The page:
In the wake of the tumultuous collapse of Credit Suisse, Switzerland’s financial watchdog, FINMA, has stepped into the spotlight, advocating for an expansion of its regulatory powers. This move is not just a reaction to a single financial debacle but a clear signal of a shifting paradigm in the Swiss banking sector’s oversight. The downfall of Credit Suisse, a 167-year-old banking institution, didn’t just rattle the foundations of Swiss finance; it exposed glaring gaps in regulatory mechanisms.
A call for enhanced oversight
FINMA’s 84-page report on Credit Suisse’s failure, loaded with intricate details of the bank’s unraveling, underscores the need for more robust regulatory tools. The report criticizes the bank for its lackluster implementation of strategic focuses, a series of scandals, and management blunders.
To prevent such a fiasco from recurring, FINMA suggests empowering regulators with the ability to impose fines on financial institutions and introducing a senior managers’ regime. This proposed regime, mirroring the UK’s system, aims to enforce greater personal accountability among top executives.
The call for these reforms resonates with the sentiments expressed by Sergio Ermotti, UBS’s chief executive. His endorsement of a comprehensive reform package, proposed by a government-appointed panel, signals a growing consensus among Swiss financial leaders about the urgency of regulatory overhaul. The findings of the parliamentary group, which scrutinized Credit Suisse’s near-collapse, emphasize a perceived weakness in FINMA’s current crisis management capabilities.
The rigor of FINMA’s supervision
In its self-reflective report, FINMA detailed its supervisory approach during Credit Suisse’s tumultuous final years. From 2012, the regulator engaged in an exhaustive oversight process, including 43 preliminary investigations, numerous reprimands, criminal charges, and enforcement proceedings. Remarkably, a significant portion of these actions took place after 2018, highlighting an intensified regulatory focus in recent years.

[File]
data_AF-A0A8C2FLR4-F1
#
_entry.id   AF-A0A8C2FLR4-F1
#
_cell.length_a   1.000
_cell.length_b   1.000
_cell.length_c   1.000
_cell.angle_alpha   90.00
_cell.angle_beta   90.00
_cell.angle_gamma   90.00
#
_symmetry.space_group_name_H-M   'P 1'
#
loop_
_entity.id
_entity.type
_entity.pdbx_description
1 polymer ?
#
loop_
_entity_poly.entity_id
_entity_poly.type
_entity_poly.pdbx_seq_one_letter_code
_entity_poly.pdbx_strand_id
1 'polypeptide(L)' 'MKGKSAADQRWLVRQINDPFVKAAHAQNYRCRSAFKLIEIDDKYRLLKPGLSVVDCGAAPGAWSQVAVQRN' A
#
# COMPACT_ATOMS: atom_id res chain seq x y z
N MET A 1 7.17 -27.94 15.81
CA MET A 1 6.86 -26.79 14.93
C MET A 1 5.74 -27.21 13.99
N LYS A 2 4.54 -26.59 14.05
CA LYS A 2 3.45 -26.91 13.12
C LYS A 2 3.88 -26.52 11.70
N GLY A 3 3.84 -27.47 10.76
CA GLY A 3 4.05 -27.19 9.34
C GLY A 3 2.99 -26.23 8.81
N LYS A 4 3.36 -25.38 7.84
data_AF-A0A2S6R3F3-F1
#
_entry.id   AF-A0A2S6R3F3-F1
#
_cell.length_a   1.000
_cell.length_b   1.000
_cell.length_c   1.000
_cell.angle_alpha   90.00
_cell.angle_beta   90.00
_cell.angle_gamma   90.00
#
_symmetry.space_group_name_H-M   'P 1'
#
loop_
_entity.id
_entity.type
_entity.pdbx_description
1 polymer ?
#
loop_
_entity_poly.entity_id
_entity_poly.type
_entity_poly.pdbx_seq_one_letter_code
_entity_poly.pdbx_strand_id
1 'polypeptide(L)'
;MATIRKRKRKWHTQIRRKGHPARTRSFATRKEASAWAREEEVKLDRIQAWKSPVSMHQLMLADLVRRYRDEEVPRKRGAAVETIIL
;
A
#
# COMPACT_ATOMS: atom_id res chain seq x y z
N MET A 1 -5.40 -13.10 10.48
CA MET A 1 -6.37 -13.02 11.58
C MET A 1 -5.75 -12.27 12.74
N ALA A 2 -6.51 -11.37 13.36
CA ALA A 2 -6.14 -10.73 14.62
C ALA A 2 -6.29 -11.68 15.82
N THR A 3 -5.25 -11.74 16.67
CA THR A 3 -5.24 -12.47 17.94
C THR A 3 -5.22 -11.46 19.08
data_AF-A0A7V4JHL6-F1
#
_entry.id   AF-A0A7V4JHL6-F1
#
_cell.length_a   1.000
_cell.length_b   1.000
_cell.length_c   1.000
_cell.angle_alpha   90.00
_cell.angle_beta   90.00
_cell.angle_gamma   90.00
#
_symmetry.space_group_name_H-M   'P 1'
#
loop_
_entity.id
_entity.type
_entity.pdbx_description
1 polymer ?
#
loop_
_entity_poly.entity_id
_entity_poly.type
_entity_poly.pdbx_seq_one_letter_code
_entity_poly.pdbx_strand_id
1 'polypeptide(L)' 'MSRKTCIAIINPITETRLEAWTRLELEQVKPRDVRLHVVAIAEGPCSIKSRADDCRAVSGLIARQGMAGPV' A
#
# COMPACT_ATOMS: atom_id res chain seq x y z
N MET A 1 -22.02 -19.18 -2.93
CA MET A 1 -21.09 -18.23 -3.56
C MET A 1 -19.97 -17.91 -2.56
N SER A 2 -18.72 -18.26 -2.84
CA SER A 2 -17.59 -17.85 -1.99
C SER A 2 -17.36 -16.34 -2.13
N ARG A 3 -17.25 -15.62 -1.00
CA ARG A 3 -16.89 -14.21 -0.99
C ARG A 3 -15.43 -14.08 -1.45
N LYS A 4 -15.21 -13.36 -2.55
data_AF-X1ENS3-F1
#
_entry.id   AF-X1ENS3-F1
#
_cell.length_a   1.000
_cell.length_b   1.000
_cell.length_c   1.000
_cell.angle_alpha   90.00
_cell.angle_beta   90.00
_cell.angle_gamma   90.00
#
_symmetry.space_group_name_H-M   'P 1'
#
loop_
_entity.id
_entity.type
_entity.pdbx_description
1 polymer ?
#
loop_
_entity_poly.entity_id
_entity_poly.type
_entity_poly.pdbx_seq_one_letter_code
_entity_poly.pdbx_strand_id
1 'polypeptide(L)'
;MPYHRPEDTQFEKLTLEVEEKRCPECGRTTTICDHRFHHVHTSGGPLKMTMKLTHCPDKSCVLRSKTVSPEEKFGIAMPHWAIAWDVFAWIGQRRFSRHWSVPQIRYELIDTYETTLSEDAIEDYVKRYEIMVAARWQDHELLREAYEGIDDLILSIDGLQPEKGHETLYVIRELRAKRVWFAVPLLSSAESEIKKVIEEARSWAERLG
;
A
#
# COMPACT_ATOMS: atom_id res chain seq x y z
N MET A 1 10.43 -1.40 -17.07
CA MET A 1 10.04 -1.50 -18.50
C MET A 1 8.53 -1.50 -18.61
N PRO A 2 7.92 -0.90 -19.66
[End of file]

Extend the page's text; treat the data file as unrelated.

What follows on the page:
FINMA’s records reveal a staggering 108 on-site supervisory reviews at Credit Suisse between 2018 and 2022, documenting 382 action-required points, with a substantial number classified as high or critical risk. These figures reflect a regulatory body at its operational zenith, employing every tool within its legal arsenal. Despite these efforts, the eventual collapse of Credit Suisse has led to an introspective examination within FINMA and calls for expanded regulatory powers.
The pursuit of enhanced regulatory authority by FINMA is set against a backdrop of global financial uncertainty and the increasing complexity of financial products and services. The Swiss financial sector, traditionally viewed as a bastion of stability and discretion, is now grappling with the realities of modern banking vulnerabilities. The Credit Suisse saga serves as a wake-up call, not just for Swiss regulators, but for global financial watchdogs, emphasizing the need for agility, foresight, and stronger enforcement mechanisms in banking supervision.
In essence, the Credit Suisse crisis and FINMA’s subsequent call for more power mark a pivotal moment in Swiss banking regulation. It’s a tale of introspection, adaptation, and the relentless pursuit of financial stability in an ever-evolving economic landscape. As FINMA seeks to bolster its regulatory clout, the global financial community watches closely, recognizing that the repercussions of these changes will echo far beyond the Swiss Alps. The journey ahead for FINMA and the Swiss financial sector is not just about recovery from a historic downfall, but about redefining the very essence of banking oversight in an increasingly interconnected and complex financial world.